Emily Browning in 'Sleeping Beauty'
It’s all about prostitution in Oak Cliff. In the movies, I mean.
Tonight and tomorrow are the final opportunities to see Cannes sensation ‘Sleeping Beauty’ theatrically in the Metroplex. Emily Browning stars as a new employee in an elegant house of prostitution, where the ladies go to sleep while the gentlemen do with them what they will. Reviews have been mixed, but it should be a good conversation-starter for couples, I imagine.
If you go tomorrow night, you could make it a double-bill (separate admission charged), with the last show of ‘Sleeping Beauty’ at 7:00 p.m., followed by the local premiere of ‘House of Pleasures’ at 9:20 p.m. The latter is a less-touted French film, also set in a brothel, but one where the ladies are fully awake while strangers do the deed. And while ‘Sleeping Beauty’ has a modern-day setting, ‘House of Pleasures’ takes place in the early 20th century. So, theoretically, you could compare and contrast, er, the time periods.
You’ll figure it out.
All screenings at the Texas Theatre. Check website for details.
A young dancer practices in 'Jig.'
Last chance to catch these limited theatrical engagements before they end tomorrow, Thursday, September 1:
- ‘Jig.’ Fine documentary on an Irish dancing competition, revolving around the young people and their parents. (The Texas Theatre.) My review at Twitch. Recommended.
- ‘The Man Who Fell to Earth.’ Nicholas Roeg’s science fiction meditation, starring David Bowie. (Angelika Dallas.) Highly recommended.
- ‘Another Earth.’ Britt Marling and William Mapother star as two fractured people rebuilding their lives under the watchful eye of a mirror planet. (Angelika Dallas.) My interview with Mike Cahill and Britt Marling at Twitch. Recommended.
- ‘The Devil’s Double.’ Mixed critical reaction, locally, yet all seem to agree that Dominic Cooper gives a powerhouse performance. (Angelika Dallas.) Not previewed.
"Hurry, driver, the movie's about to start!" Jessica Harper in 'Suspiria' (Blue Underground)
A cornucopia of closers fill the coffers of local cine-maniacs tonight and tomorrow. Add in a couple of special screenings, and I don’t know if you have time to breath between showtimes.
First, the films that are finishing up their limited engagements (links to showtimes included):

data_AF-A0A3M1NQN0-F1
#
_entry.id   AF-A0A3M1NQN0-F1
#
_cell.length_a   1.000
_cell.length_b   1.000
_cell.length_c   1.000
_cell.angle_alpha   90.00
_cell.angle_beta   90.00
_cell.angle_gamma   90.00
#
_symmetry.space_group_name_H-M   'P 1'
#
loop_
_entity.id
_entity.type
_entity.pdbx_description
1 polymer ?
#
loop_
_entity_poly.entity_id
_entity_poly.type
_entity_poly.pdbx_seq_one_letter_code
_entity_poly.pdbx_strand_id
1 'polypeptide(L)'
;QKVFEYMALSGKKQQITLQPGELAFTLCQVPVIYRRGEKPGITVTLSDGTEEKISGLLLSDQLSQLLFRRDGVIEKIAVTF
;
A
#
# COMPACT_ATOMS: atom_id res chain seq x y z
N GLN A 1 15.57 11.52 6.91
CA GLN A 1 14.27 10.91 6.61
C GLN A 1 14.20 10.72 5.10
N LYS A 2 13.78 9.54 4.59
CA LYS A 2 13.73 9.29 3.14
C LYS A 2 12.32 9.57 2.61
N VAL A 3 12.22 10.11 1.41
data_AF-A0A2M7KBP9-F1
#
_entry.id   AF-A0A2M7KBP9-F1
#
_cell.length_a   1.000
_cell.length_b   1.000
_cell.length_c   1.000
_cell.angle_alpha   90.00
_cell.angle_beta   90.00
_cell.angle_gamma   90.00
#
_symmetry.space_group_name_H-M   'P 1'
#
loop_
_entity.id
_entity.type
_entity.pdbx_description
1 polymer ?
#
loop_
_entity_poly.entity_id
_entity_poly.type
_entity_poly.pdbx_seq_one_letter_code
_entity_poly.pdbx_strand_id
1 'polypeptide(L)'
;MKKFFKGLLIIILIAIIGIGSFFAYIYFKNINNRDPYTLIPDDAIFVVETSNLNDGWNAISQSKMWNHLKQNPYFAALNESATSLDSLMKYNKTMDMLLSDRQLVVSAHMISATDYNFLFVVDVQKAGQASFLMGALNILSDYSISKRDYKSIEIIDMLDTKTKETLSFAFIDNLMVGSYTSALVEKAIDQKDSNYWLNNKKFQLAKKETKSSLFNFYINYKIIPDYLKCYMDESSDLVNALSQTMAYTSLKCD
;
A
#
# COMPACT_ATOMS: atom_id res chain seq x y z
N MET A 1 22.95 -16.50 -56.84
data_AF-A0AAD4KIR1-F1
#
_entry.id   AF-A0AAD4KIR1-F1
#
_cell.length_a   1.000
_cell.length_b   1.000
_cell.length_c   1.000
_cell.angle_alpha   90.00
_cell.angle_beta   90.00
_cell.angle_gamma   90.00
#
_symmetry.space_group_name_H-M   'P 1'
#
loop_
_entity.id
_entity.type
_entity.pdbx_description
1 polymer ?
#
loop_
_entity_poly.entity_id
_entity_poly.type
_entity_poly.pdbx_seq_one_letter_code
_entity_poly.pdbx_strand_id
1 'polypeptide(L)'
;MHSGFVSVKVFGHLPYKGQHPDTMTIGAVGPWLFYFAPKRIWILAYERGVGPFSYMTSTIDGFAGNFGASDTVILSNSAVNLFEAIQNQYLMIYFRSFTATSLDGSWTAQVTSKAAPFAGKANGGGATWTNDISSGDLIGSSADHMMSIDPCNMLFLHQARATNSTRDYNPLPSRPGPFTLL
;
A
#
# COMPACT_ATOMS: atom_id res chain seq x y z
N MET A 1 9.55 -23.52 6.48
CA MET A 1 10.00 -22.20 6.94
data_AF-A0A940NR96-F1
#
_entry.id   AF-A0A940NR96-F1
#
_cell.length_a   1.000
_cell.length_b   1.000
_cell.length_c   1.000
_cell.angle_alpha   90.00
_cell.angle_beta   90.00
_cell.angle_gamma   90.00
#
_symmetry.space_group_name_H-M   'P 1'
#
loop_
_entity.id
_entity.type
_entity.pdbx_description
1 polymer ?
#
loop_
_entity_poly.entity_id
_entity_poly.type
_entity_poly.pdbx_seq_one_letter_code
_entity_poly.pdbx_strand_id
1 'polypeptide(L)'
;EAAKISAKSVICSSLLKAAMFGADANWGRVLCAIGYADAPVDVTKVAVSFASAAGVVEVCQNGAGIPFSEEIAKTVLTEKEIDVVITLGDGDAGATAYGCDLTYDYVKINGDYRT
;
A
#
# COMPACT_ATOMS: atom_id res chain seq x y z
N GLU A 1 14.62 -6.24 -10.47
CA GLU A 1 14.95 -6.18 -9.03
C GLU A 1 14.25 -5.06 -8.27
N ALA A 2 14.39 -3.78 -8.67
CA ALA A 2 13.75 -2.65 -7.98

- ‘Lemmy: The Movie.’ Documentary about the Motorhead frontman; our own Steve Norwood called it “a fine example of high-decibel idol worship.” (The Texas Theatre)
- ‘Night Catches Us.’ Drama about race-torn Philadelphia neighborhood in 1976. (The Texas Theatre)
- ‘White Material.’ Claire Denis’ latest, about a woman trying to hold on to her family’s plantation. (Angelika Dallas)
- ‘Rabbit Hole.’ Drama with exquisite performances by Nicole Kidman and Aaron Eckhart. “Tremendously kind and empathetic,” I wrote in my review. “The acting and the writing are so extraordinary that the film demands attention.” (Angelika Dallas | Angelika Plano)
And the special engagements, each showing one night only:
- ‘Shock Corridor.’ Sam Fuller’s shocker about a reporter going undercover at a mental institution to investigate a murder and, hopefully, win a Pulitzer Prize. Instead, he starts to lose his mind. (Wednesday night only; The Texas Theatre)
- ‘Suspiria.’ Dario Argento’s shocker about American ballet dancer Jessica Harper, who transfers to a prestigious European school, only to discover that it’s a hiding place for [SPOILER REDACTED] . (Thursday night only; The Texas Theatre)
'Rare Exports' (Oscilloscope)
Winding up a successful limited run engagement, ‘Rare Exports: A Christmas Tale’ screens tonight and tomorrow at the Texas Theatre before sailing off into the unknown.
The film is a magical ride, with a gliding sense of the translucence between fables and reality, in which an old tale about Santa Claus being buried under a mountain in Finland is exhumed and brilliantly re-invented. It avoids overdosing on either cynicism or sentimentality, and the snowy climes are a beautiful backdrop for the story that unfolds. I saw it at Fantastic Fest in Austin last September and it was one of the highlights of the festival. Highly recommended.
Via Texas Theatre: Showtimes and more information. | Official Movie Site.
The Red Shoes (Criterion Collection)
The 1948 original, of course, directed by Michael Powell and Emeric Pressburger. Part 1 of Texas Theatre’s ‘Black Swan’ inspiration series. Tonight at 8 p.m.
Via official site: More information.